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EXPERIMENTAL EFFECTS OF CONDUCTIVITY AND MAJOR IONS ON STREAM PERIPHYTON - abstract
Smucker, N., S. DeCelles, S. Guglielmi, AND C. Nietch. EXPERIMENTAL EFFECTS OF CONDUCTIVITY AND MAJOR IONS ON STREAM PERIPHYTON - abstract. Presented at Society for Freshwater Science, Sacramento, CA, May 21 - 26, 2016.
While resource extraction is important to energy production, the processes can create wastewaters and leachate that contribute to elevated conductivities and ion concentrations in streams. Understanding the effects of elevated conductivities is important to informing future practices and management efforts. Further, the ions contributing to conductivity could have different effects on stream biology (i.e., similar conductivities with different dominant ions might have dissimilar ecological effects). This experiment examined if elevated conductivities and two ion mixtures affected stream periphyton assemblages, which are important to primary productivity and ecosystem functions.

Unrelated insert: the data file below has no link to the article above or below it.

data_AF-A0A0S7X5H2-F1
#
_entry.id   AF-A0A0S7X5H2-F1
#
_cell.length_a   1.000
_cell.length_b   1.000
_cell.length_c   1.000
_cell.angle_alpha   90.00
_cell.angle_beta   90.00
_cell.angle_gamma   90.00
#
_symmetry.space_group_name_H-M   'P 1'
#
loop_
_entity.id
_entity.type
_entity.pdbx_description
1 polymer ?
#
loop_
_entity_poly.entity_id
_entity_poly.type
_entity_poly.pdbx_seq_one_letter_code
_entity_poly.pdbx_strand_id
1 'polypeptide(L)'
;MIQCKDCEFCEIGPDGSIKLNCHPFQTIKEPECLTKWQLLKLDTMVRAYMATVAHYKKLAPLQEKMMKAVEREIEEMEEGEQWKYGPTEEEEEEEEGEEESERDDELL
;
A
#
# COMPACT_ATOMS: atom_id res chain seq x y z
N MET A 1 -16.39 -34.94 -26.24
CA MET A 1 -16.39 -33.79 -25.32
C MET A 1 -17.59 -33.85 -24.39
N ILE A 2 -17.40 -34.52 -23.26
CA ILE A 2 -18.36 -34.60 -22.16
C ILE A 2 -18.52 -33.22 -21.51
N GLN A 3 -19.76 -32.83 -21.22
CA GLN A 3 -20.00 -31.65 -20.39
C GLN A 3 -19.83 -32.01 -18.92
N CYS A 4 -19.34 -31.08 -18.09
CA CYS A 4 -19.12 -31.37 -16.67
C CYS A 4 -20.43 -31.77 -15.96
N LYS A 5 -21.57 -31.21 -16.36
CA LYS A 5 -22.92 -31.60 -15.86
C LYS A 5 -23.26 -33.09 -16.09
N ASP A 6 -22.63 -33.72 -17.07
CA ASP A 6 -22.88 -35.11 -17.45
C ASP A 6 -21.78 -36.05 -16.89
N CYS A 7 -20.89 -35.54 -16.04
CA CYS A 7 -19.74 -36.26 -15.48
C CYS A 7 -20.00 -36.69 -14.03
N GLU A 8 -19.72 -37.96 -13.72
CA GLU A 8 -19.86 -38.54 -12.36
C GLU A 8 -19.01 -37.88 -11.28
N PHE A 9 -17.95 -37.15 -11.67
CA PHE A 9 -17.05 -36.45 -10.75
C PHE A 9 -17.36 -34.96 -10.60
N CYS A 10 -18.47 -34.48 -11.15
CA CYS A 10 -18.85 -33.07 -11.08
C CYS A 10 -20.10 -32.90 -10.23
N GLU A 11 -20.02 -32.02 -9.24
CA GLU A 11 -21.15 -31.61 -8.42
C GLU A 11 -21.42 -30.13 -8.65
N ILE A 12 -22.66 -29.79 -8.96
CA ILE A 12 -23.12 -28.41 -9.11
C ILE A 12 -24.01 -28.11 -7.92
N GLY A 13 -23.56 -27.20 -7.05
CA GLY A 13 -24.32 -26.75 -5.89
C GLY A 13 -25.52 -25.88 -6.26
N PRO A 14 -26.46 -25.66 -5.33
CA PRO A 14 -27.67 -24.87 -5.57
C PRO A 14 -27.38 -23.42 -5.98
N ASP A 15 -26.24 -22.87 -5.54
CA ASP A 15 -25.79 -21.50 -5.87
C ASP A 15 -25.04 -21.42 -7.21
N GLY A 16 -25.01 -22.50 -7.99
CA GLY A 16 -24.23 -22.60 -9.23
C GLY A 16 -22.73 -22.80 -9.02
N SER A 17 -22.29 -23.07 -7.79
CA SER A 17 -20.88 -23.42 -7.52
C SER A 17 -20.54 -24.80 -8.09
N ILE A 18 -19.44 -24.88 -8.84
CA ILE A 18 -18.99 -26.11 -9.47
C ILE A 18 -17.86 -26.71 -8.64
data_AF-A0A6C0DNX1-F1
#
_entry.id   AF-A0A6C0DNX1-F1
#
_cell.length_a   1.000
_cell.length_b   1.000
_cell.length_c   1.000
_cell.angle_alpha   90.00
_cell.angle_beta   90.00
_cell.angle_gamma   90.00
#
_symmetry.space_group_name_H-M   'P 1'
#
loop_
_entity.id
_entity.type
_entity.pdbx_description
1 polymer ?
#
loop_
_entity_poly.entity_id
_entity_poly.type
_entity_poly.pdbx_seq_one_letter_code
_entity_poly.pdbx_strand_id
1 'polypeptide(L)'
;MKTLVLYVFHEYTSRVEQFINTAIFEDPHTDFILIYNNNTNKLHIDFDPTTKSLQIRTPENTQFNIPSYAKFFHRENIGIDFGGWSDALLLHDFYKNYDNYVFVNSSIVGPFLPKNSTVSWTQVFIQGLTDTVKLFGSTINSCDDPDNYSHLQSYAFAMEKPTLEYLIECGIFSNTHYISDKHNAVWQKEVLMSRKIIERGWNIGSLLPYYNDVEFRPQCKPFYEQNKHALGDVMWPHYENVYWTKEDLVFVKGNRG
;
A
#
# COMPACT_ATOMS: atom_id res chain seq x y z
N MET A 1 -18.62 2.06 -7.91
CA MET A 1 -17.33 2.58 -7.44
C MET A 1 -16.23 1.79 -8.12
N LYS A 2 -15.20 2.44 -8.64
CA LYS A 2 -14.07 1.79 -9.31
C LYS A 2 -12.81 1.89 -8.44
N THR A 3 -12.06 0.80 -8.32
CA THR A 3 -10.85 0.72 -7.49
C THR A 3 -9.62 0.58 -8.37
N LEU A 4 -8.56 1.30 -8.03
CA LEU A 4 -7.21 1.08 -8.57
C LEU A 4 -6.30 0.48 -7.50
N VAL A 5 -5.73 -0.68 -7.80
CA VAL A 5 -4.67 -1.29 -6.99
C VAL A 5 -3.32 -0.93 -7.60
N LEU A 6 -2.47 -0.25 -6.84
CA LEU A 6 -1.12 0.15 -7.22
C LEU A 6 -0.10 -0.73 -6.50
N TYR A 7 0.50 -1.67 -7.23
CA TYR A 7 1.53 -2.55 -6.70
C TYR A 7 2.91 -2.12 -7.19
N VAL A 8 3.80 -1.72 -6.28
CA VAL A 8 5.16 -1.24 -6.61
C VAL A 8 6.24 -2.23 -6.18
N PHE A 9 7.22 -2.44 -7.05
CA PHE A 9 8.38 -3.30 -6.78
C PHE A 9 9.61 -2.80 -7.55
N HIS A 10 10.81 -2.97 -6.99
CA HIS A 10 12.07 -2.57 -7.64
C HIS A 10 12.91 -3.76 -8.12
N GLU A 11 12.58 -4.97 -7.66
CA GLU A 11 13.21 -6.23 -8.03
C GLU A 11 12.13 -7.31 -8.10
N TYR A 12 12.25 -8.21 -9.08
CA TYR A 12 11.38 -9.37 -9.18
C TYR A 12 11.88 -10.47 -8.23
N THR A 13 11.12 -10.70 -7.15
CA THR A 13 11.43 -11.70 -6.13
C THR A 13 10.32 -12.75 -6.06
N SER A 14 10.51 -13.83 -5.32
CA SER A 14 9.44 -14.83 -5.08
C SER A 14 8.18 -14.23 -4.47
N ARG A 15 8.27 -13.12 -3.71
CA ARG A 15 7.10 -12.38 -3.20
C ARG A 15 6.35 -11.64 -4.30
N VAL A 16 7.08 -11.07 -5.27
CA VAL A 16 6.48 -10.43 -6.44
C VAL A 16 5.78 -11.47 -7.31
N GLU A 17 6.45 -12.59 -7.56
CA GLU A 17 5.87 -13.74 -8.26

Our study examined if specific conductivities comprised of different ions associated with resource extraction affected stream periphyton assemblages, which are important sources of primary production. Sixteen artificial streams were dosed with two ion recipes intended to mimic sources and ranges of conductivity observed from field surveys. One recipe mimicked deep well brine [chloride salts dominating] and was dosed at five levels. The other reflected surface coal mine leachate [bicarbonate and sulfate salts dominating] and was dosed at four levels. Statistically significant changes in community structure occurred with increasing conductivity, but algal communities became more dissimilar to control treatments with increasing bicarbonate and sulfate than with increasing chloride concentrations. Measures of algal biomass were somewhat variable in the two treatments, but tended to increase with greater bicarbonate-sulphate concentrations. Possible dose-time interactions are being further explored, and dose response curves are being developed to further examine taxa responses to ion concentrations. Results indicate that periphyton communities respond to anthropogenic increases in conductivities, but responses may differ depending on the dominant ions comprising the conductivity.